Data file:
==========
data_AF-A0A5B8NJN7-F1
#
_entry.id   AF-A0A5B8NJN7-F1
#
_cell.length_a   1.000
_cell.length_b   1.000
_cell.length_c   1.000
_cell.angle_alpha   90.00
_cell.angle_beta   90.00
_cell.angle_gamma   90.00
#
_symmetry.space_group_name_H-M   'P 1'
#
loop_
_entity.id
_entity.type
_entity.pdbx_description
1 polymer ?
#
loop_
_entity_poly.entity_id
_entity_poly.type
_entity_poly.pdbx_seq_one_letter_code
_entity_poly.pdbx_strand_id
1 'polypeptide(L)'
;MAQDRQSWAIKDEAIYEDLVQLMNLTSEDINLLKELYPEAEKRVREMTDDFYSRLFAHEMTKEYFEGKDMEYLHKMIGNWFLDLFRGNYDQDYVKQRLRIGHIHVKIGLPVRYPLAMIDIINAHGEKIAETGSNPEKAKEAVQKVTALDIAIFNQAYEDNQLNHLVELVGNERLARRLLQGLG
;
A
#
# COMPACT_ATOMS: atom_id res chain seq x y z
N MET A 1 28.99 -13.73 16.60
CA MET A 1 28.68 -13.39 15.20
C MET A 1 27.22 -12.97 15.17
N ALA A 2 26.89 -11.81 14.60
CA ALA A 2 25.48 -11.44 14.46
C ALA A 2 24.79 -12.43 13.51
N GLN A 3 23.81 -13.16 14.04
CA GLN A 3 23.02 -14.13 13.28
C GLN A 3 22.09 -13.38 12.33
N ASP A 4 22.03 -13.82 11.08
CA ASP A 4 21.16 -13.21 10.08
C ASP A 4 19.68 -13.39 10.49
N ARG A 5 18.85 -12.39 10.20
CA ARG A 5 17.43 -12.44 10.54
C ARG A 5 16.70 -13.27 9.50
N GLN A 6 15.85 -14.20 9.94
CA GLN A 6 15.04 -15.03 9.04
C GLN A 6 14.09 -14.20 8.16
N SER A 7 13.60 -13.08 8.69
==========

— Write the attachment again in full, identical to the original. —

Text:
data_AF-A0A5B8NJN7-F1
#
_entry.id   AF-A0A5B8NJN7-F1
#
_cell.length_a   1.000
_cell.length_b   1.000
_cell.length_c   1.000
_cell.angle_alpha   90.00
_cell.angle_beta   90.00
_cell.angle_gamma   90.00
#
_symmetry.space_group_name_H-M   'P 1'
#
loop_
_entity.id
_entity.type
_entity.pdbx_description
1 polymer ?
#
loop_
_entity_poly.entity_id
_entity_poly.type
_entity_poly.pdbx_seq_one_letter_code
_entity_poly.pdbx_strand_id
1 'polypeptide(L)'
;MAQDRQSWAIKDEAIYEDLVQLMNLTSEDINLLKELYPEAEKRVREMTDDFYSRLFAHEMTKEYFEGKDMEYLHKMIGNWFLDLFRGNYDQDYVKQRLRIGHIHVKIGLPVRYPLAMIDIINAHGEKIAETGSNPEKAKEAVQKVTALDIAIFNQAYEDNQLNHLVELVGNERLARRLLQGLG
;
A
#
# COMPACT_ATOMS: atom_id res chain seq x y z
N MET A 1 28.99 -13.73 16.60
CA MET A 1 28.68 -13.39 15.20
C MET A 1 27.22 -12.97 15.17
N ALA A 2 26.89 -11.81 14.60
CA ALA A 2 25.48 -11.44 14.46
C ALA A 2 24.79 -12.43 13.51
N GLN A 3 23.81 -13.16 14.04
CA GLN A 3 23.02 -14.13 13.28
C GLN A 3 22.09 -13.38 12.33
N ASP A 4 22.03 -13.82 11.08
CA ASP A 4 21.16 -13.21 10.08
C ASP A 4 19.68 -13.39 10.49
N ARG A 5 18.85 -12.39 10.20
CA ARG A 5 17.43 -12.44 10.54
C ARG A 5 16.70 -13.27 9.50
N GLN A 6 15.85 -14.20 9.94
CA GLN A 6 15.04 -15.03 9.04
C GLN A 6 14.09 -14.20 8.16
N SER A 7 13.60 -13.08 8.69